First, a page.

IT minister says kept in dark regarding internet and social media blackout

ISLAMABAD: The telecommunication minister distanced his department from the recent state-imposed social media blackout to quell massive protests around the arrest of former prime minister Imran Khan, saying he was not consulted or “taken into confidence” regarding the decision.

Moments after Khan was detained by a swarm of paramilitary Rangers on Tuesday, the interior ministry restricted nationwide access to Twitter, Facebook and YouTube. Mobile data coverage — used by political activists to organise protests on messenger apps such as WhatsApp, but with far larger effects on the wider populace — was also cut.

But supporters of the former prime minister quickly found workarounds, leaving social media awash with calls for protest and shaky handheld clips of thousands of demonstrators clashing with police.

The clampdown — which lasted until late Friday — was a “crass miscalculation” by authorities, according to Shahzad Ahmad, director of digital rights organisation Bytes for All. “It’s only going to work against them.”

However, in an interview with Geo News on Tuesday, Syed Amin ul-Haque of Muttahida Qaumi Movement-Pakistan (MQM-P) clarified that his ministry was not involved in the suspension of mobile internet services, emphasising that the military-dominated Pakistan Telecommunication Authority (PTA) has operated independently from his division since 2017.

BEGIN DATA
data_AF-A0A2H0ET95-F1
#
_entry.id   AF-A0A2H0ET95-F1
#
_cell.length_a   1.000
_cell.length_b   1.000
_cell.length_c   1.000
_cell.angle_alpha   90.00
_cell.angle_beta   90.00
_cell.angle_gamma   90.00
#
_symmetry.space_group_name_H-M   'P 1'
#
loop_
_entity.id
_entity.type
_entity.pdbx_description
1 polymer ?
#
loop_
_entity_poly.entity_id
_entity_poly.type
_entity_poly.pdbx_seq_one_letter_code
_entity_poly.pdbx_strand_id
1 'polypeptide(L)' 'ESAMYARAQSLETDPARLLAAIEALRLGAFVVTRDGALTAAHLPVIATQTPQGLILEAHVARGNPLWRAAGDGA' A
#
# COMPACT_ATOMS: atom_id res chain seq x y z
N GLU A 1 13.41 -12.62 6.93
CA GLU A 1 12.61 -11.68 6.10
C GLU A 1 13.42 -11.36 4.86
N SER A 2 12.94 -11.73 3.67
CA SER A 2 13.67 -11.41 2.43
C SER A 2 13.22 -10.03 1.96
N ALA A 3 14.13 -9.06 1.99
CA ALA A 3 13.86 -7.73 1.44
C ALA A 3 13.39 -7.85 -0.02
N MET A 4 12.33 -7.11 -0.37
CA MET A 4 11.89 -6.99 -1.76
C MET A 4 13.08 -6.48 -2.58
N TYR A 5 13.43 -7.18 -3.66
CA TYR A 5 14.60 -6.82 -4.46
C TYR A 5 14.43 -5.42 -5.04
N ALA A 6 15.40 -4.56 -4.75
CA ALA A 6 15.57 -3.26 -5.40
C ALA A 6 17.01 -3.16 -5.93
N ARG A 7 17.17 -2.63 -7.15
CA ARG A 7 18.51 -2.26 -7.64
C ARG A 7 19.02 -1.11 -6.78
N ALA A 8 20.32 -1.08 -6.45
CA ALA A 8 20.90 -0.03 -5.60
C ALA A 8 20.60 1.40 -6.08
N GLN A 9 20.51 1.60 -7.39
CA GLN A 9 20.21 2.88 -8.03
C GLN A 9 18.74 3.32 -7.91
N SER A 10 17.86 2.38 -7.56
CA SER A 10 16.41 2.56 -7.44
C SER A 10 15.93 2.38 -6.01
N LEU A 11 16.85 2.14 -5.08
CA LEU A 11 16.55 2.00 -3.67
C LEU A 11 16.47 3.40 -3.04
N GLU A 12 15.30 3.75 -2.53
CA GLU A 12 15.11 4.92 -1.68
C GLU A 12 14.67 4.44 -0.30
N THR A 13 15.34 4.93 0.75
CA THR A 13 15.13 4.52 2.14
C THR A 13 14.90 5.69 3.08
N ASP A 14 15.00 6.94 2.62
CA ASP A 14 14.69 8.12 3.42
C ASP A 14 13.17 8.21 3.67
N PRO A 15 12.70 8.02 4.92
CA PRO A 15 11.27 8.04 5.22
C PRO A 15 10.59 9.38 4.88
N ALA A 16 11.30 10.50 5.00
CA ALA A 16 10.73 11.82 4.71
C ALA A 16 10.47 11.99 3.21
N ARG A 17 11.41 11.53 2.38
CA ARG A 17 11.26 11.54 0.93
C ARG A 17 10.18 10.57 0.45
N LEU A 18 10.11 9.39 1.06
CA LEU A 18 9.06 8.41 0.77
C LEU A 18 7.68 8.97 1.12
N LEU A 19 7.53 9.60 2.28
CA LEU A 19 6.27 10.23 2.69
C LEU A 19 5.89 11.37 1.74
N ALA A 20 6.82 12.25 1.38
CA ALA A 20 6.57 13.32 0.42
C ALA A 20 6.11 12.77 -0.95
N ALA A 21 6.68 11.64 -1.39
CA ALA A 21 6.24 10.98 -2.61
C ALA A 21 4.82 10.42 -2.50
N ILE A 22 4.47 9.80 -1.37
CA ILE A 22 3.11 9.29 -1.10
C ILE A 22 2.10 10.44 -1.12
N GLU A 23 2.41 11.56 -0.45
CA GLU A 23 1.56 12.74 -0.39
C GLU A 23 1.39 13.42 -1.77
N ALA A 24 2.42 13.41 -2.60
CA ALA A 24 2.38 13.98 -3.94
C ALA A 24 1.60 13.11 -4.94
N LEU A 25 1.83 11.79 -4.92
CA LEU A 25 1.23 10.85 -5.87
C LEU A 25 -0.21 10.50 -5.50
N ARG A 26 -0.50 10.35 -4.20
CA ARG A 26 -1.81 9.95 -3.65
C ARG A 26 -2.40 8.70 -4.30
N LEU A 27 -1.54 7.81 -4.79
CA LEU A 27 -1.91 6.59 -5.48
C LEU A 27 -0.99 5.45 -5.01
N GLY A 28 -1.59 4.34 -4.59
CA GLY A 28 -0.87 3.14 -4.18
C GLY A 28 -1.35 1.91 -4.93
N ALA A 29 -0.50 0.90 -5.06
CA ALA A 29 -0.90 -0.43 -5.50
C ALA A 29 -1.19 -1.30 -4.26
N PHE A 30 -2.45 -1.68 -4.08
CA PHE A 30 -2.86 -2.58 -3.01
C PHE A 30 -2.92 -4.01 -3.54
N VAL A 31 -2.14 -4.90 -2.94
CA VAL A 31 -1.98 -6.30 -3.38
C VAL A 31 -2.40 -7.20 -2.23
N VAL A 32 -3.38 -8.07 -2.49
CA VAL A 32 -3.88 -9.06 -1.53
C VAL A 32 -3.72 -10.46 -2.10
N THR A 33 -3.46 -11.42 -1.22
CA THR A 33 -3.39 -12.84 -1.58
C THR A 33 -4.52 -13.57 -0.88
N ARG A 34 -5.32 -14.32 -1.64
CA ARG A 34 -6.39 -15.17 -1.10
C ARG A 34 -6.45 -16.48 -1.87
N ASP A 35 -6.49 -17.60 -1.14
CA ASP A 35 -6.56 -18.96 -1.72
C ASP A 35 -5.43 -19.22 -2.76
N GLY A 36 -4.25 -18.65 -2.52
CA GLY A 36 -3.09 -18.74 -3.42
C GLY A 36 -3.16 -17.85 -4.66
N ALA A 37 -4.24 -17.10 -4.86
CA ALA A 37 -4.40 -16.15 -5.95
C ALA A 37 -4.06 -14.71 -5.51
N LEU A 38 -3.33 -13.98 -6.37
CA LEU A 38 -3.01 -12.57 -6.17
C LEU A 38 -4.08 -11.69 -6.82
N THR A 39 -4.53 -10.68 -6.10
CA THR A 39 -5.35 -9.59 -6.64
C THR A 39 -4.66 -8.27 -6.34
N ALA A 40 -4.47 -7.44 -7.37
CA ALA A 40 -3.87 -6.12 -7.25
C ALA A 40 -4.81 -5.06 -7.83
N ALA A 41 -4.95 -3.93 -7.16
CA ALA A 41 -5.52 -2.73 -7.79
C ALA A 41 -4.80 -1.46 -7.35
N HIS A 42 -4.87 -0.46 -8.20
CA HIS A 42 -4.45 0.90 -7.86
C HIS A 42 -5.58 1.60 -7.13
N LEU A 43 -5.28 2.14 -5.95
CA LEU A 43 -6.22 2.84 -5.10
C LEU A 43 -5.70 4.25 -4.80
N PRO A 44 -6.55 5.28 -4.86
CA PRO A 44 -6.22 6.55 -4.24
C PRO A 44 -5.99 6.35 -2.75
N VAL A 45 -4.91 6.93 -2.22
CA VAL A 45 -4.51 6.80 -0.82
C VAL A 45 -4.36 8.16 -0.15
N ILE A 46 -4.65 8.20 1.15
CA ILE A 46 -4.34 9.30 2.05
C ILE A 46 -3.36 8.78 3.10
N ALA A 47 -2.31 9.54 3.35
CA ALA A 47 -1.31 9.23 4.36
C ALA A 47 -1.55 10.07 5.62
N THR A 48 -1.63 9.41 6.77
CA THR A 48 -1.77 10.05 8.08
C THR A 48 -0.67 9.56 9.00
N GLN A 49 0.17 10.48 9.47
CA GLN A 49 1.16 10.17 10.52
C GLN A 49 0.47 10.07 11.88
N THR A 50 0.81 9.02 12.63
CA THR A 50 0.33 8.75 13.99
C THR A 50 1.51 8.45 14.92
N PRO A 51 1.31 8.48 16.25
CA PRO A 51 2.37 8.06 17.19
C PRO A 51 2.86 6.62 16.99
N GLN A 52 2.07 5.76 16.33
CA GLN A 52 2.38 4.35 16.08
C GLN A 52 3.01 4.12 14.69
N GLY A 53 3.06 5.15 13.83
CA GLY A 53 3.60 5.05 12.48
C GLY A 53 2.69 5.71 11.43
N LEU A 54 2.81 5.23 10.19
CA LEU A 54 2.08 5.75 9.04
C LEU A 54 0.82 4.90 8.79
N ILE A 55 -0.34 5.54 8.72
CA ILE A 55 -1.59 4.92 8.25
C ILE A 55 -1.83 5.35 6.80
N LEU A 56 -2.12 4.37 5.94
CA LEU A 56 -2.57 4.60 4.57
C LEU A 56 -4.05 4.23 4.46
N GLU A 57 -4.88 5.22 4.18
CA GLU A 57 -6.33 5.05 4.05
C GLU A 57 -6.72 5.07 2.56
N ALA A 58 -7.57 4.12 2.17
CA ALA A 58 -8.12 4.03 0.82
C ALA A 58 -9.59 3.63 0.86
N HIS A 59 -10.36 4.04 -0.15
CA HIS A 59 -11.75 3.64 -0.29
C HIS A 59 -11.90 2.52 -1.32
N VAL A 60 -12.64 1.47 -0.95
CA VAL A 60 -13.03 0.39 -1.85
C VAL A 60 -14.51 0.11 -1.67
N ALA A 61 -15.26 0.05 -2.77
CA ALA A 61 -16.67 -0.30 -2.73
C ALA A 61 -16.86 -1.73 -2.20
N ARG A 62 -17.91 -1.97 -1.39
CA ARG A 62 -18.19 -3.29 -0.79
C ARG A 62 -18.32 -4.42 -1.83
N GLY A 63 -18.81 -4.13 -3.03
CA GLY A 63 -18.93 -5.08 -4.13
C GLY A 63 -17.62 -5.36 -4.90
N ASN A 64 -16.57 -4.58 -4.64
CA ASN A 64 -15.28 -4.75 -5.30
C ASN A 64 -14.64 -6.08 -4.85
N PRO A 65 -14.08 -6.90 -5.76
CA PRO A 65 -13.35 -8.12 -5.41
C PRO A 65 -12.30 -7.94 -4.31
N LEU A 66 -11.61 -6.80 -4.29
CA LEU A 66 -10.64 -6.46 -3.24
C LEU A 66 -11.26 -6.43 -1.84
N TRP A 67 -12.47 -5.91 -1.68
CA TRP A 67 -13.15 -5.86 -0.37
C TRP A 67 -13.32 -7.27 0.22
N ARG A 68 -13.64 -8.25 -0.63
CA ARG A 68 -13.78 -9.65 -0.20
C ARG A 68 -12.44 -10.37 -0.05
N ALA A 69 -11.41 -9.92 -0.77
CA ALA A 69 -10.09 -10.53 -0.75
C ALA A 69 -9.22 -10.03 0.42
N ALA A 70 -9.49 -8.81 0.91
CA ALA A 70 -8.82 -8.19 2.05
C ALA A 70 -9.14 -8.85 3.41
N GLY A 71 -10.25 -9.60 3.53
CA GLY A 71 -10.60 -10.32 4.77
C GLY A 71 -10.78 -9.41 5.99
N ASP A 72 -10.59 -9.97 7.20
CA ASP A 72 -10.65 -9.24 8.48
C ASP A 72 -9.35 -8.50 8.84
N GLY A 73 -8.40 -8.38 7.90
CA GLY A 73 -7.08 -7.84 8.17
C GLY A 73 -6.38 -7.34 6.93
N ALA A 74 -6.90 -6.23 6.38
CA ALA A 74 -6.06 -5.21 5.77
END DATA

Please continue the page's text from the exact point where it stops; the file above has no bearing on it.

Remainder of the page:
Expressing his views on the situation, the minister stressed that blocking social media or shutting down the internet was not a viable solution to any problem. He further cautioned against relying solely on Virtual Private Networks (VPNs) to access blocked sites, asserting that a more open-minded approach was needed.

As an alternative solution, Haque suggested the possibility of limiting internet access to specific areas where necessary, rather than implementing a complete blackout. He also highlighted the detrimental impact of internet service blockades on the information technology (IT) sector, leading to significant financial losses.

— With AFP

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